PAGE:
Last year, a federal judge ruled that a similar law in Arkansas would “cause irreparable harm” by preventing its enforcement. Arkansas’ bill, known as the “Save Teens from Experimentation Act,” was passed by lawmakers after overriding a veto by Governor Asa Hutchinson, a Republican, who said the legislation “puts a very vulnerable population in a more difficult position.”
Still, elected officials in conservative states have taken a series of aggressive measures this year aimed not only at limiting transgender youth’s access to medical care, but also penalizing parents and medical professionals who are helping them transition.
In Idaho, lawmakers advanced legislation that would amend the state’s genital mutilation law to make it an offense punishable by life in prison for providing gender-affirming care or helping a child leave the state to obtain it.
In Texas, Governor Greg Abbott told state agencies that medical care that helps a child transition should be considered abuse and investigated as such. The order had been stalled by a state court, but the Texas Supreme Court ruled on Friday that child abuse investigations into transitional care could continue.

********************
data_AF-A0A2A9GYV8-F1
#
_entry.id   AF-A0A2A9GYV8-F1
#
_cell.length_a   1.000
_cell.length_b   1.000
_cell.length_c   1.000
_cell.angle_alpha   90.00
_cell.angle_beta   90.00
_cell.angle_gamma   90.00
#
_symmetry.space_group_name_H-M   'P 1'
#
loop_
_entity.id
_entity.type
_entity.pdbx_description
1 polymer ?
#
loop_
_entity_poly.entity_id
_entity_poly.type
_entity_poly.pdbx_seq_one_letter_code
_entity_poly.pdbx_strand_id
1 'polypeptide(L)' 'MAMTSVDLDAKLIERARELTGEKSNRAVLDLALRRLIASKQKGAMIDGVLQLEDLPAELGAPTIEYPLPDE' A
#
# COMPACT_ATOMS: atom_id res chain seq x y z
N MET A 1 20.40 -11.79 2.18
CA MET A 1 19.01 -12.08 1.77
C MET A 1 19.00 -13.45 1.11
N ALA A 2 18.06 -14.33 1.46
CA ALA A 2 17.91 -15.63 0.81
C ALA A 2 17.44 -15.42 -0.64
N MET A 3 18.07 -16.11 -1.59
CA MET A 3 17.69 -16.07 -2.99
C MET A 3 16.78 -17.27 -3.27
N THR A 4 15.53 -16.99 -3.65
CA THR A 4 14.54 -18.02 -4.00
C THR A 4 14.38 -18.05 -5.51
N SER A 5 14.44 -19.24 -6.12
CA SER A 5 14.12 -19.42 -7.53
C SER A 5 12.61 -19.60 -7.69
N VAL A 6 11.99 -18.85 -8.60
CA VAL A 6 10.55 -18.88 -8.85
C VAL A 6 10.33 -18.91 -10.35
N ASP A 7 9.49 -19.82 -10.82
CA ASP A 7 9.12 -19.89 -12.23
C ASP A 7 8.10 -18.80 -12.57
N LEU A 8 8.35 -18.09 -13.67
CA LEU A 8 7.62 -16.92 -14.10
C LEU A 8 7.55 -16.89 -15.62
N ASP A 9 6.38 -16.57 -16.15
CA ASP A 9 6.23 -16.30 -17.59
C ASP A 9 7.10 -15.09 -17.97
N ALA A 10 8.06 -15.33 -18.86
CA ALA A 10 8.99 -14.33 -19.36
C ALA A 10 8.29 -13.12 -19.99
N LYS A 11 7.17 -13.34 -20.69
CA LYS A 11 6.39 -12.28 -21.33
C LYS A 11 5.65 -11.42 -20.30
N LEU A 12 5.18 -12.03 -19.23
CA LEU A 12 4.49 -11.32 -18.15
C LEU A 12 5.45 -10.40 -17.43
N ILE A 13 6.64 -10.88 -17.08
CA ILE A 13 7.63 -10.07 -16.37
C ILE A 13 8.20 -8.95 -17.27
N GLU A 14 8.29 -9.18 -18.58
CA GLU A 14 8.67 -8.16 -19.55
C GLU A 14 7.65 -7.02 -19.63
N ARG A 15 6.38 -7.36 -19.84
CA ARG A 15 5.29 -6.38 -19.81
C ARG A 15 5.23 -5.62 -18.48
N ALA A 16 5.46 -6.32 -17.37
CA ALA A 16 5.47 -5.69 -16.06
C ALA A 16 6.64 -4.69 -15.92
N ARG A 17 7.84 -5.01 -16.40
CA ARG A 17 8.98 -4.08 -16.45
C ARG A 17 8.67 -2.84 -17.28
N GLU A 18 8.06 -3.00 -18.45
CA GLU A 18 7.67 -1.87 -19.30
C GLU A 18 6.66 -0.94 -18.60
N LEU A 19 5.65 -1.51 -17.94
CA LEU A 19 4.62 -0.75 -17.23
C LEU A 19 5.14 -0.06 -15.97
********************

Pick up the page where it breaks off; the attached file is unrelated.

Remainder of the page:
These measures are part of a broader effort by conservative lawmakers that critics say aims to marginalize the gay, lesbian, bisexual and transgender communities.
The same day Ivey signed Alabama’s health care bill, she also passed legislation requiring students to use restrooms and changing rooms for the sex listed on their original birth certificates, as well as limits on classroom discussions. class on gender and sex. guidance – a version of what critics call the “Don’t Say Gay” measure that has been enacted by other states.
“I firmly believe that if the Good Lord made you a boy, you are a boy, and if he made you a girl, you are a girl,” Ivey, a Republican, said in a statement after signing the bill. “We must especially protect our children from these radical and life-altering drugs and surgery when they are at such a vulnerable stage of life.”